Oct 6, 2010. 11:02 PM | 1 Like Like |Link to Comment
  • Xinyuan Real Estate - Probably the Most Undervalued Stock on the NYSE [View article]
    There is no way I would ever invest in real estate in China. It is the largest bubble ever!!!

    There are literally cities of empty apartments in all 2nd and 3rd tier cities now. The bubble is even worse than in Beijing!!

    This is a ponzi scheme. Be aware!!!
    Oct 6, 2010. 09:42 PM | 1 Like Like |Link to Comment
  • Gold, Oil, China, and 'The Bubble Bubble' [View article]
    Another great article by Andy Xie:
    May 22, 2010. 08:43 PM | 1 Like Like |Link to Comment
  • Gold, Oil, China, and 'The Bubble Bubble' [View article]
    Chris I have a very different view of China on the ground.

    China has been attaining growth on two pillars: exports and fixed investment. But unless the country builds a consumer base (not just in first tier cities) the economic development model breaks down very badly. Y = C+I+G+NX (C is only 34%). Only item that I see real consumer demand occuring in China now is for the car - a very unsustainable choice (not only for the environment but also the ongoing maintenance cost of fueling them).

    In Beijing 50% of relatively new office space sits empty and 1/3 in Shanghai (similar elsewhere in China). Add that residential properties while being sold also sit empy around the outer area of all the cities in China (all over in the city of Beijing). The vacancy rates are very high - 1/10 occupied in many, if not most, of these new residential building developments. For those who don't believe - I challenge you to just venture to any 2nd or 3rd tier city in China to witness the endless construction of empty apartment buildings (and they do sit empty - many were built 5 years ago or more).

    So if China has to finally stop construction of empty buildings and white-elephant projects (and there are many, many of these), and exports no longer provide growth to the economy how is this not going to end badly? This will be a painful adjustment forced rather than one that could have been largely averted if the government had actually just let the markets dictate resource allocation.

    The problem is that the market signals are all very distorted (from central control) and the economy has not in the past several years made the adjusts to a sustainable model. There are endless subsidies in place diverting income from the consumer to inefficient SOEs (i.e., interest rates, input costs, etc..). The distribution of wealth in the nation is highly skewed and rich consumers can only buy so many apartments that sit empty while the vast majority have yet to get the chance to move into the consumer society. The banking sector lends to inefficient SOEs while private companies lack the means of getting funding and have no incentive to really innovate (with a lack of IP protection).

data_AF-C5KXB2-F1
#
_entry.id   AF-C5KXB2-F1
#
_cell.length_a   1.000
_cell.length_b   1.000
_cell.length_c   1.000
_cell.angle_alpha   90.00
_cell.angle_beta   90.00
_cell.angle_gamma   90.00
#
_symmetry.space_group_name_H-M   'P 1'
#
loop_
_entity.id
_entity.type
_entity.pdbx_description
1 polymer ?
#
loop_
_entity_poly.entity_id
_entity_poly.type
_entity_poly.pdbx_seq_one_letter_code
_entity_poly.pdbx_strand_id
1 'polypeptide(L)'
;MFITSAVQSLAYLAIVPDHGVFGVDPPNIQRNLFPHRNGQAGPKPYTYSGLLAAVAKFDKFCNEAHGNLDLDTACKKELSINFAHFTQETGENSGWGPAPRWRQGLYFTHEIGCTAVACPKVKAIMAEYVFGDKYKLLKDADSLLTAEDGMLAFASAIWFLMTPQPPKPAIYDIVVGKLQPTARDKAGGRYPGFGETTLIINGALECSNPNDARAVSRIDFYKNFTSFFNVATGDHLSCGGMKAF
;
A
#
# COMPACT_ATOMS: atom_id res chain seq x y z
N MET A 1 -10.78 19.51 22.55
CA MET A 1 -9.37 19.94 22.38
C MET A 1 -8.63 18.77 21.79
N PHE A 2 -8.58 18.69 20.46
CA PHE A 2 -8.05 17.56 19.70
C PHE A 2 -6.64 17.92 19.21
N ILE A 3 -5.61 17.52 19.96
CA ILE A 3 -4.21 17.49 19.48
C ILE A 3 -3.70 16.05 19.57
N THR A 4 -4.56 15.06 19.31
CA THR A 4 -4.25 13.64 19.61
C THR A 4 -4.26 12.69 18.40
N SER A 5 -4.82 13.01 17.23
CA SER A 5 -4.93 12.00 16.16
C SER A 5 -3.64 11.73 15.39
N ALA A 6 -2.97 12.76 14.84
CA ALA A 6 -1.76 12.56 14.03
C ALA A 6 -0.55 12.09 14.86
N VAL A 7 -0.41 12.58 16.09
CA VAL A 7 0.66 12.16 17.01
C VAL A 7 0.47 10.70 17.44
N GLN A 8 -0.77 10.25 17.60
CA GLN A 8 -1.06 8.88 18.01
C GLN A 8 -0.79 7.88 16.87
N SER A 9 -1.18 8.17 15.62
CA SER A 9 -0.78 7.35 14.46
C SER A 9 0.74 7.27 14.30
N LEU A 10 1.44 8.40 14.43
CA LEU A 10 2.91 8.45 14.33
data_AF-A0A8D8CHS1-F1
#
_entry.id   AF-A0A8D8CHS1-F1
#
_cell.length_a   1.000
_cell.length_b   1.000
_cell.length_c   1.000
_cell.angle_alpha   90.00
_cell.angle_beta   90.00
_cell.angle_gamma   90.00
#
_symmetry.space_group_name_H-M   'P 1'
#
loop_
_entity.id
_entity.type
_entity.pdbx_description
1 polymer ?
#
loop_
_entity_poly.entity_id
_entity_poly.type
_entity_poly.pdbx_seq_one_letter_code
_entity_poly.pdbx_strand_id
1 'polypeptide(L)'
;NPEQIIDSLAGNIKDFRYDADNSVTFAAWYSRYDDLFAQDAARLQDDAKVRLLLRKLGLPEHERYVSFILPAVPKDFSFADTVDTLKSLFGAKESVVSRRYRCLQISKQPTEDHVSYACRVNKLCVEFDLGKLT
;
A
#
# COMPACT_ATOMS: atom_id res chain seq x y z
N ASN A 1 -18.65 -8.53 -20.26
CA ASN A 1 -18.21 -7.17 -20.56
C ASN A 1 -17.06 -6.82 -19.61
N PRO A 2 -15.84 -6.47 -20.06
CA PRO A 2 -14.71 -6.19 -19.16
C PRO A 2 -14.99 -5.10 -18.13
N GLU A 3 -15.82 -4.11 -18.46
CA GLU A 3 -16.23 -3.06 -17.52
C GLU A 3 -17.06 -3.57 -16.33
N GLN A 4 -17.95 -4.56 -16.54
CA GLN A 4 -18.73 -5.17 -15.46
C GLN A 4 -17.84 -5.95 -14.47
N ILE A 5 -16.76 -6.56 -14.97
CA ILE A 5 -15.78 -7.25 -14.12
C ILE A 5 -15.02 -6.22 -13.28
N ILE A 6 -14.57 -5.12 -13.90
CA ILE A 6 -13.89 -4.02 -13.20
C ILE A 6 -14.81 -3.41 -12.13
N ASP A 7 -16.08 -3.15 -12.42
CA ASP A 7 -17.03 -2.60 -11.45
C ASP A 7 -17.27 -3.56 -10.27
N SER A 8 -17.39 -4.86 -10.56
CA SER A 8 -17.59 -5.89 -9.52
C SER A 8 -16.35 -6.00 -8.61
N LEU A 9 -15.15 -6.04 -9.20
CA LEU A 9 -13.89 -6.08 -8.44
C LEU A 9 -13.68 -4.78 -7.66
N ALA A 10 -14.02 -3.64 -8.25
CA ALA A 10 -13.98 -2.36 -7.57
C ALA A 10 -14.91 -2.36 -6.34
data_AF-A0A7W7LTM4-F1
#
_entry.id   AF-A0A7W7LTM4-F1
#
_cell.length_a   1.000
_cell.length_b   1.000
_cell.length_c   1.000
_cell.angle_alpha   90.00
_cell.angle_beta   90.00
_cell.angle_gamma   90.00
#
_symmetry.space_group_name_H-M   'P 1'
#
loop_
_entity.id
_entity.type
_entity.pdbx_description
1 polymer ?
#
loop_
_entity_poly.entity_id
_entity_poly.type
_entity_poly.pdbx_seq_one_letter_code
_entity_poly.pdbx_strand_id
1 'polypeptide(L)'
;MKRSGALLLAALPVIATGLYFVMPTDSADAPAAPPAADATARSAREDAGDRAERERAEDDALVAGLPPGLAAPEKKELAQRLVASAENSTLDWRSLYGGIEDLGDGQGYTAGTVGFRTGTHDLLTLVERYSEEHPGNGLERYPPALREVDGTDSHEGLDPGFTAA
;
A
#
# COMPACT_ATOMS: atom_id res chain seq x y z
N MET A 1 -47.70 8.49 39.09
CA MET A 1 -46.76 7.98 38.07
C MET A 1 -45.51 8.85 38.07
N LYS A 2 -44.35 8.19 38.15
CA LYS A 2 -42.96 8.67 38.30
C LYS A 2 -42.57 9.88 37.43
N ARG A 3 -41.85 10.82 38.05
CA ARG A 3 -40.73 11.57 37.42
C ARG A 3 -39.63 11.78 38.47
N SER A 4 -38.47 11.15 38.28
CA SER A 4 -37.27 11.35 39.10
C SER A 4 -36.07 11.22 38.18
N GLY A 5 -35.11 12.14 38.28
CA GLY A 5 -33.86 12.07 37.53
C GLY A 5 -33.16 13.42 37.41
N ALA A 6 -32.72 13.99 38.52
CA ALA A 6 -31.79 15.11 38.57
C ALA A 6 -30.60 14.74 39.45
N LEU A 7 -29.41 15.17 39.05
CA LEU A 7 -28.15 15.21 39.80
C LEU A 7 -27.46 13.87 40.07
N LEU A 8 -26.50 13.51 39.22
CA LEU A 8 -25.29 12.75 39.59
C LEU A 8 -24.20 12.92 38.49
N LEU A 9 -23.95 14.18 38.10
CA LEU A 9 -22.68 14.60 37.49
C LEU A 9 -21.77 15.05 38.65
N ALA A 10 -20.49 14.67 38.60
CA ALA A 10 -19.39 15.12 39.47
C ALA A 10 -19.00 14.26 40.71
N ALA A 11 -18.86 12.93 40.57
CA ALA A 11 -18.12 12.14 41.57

Time is also running out. Working age population will begin to decline in 5 years followed by the overall population in 10 years. And while the younger generation might be going on to further eduction in larger numbers than ever, many are ill-trained for employment. Quality of education remains very low at most universities in China and students attain few of the skills needed for any meaningful employment. The challenge is going to be immense on this younger generation (a single child supporting their parents and their inlaws/other aging relatives while trying to have their own child).

    As a last note, money supply is growing rapidly, lending is going out to any SOE that wants money, and therefore it might appear now that things are doing ok (and all is fine in China), but this is a very false comfort (before the storm). Inflation is actually out of control on assets (hence the bubble!) and it is even beginning to show up on consumer prices. Talk to the people on the street. They have limited budgets (the vast majority in China) and they are feeling it on their household purchases.
    May 21, 2010. 08:28 PM | 1 Like Like |Link to Comment
  • Bubble in the Boonies, China Edition [View article]

    It isn't just the 1st tier cities and Hefei is not just an exception to the rule. Rather this is occuring all over China. Hefei is the norm. It can only end in one way. It is all too obvious!!! But when will it come all crashing down is the million (multi-trillion) dollar question??